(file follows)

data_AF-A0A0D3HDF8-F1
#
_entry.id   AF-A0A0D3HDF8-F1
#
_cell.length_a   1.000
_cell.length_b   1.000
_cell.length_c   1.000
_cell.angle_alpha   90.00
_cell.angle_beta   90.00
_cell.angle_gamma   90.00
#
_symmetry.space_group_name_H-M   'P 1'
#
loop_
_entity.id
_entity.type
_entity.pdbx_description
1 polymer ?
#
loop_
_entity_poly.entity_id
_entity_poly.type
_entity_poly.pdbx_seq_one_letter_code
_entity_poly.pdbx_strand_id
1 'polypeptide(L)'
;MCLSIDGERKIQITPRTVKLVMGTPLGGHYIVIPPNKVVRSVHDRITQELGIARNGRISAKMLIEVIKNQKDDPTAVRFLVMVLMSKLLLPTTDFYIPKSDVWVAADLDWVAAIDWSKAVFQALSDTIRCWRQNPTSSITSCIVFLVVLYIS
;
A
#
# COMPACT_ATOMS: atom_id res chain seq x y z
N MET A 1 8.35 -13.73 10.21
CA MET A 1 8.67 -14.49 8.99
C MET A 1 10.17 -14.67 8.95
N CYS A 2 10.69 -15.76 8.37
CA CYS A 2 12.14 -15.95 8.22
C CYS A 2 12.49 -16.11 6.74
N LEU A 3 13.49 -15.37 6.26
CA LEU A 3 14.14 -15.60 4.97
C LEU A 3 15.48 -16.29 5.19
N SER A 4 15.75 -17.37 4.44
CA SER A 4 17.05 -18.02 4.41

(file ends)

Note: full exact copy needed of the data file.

data_AF-A0A0D3HDF8-F1
#
_entry.id   AF-A0A0D3HDF8-F1
#
_cell.length_a   1.000
_cell.length_b   1.000
_cell.length_c   1.000
_cell.angle_alpha   90.00
_cell.angle_beta   90.00
_cell.angle_gamma   90.00
#
_symmetry.space_group_name_H-M   'P 1'
#
loop_
_entity.id
_entity.type
_entity.pdbx_description
1 polymer ?
#
loop_
_entity_poly.entity_id
_entity_poly.type
_entity_poly.pdbx_seq_one_letter_code
_entity_poly.pdbx_strand_id
1 'polypeptide(L)'
;MCLSIDGERKIQITPRTVKLVMGTPLGGHYIVIPPNKVVRSVHDRITQELGIARNGRISAKMLIEVIKNQKDDPTAVRFLVMVLMSKLLLPTTDFYIPKSDVWVAADLDWVAAIDWSKAVFQALSDTIRCWRQNPTSSITSCIVFLVVLYIS
;
A
#
# COMPACT_ATOMS: atom_id res chain seq x y z
N MET A 1 8.35 -13.73 10.21
CA MET A 1 8.67 -14.49 8.99
C MET A 1 10.17 -14.67 8.95
N CYS A 2 10.69 -15.76 8.37
CA CYS A 2 12.14 -15.95 8.22
C CYS A 2 12.49 -16.11 6.74
N LEU A 3 13.49 -15.37 6.26
CA LEU A 3 14.14 -15.60 4.97
C LEU A 3 15.48 -16.29 5.19
N SER A 4 15.75 -17.37 4.44
CA SER A 4 17.05 -18.02 4.41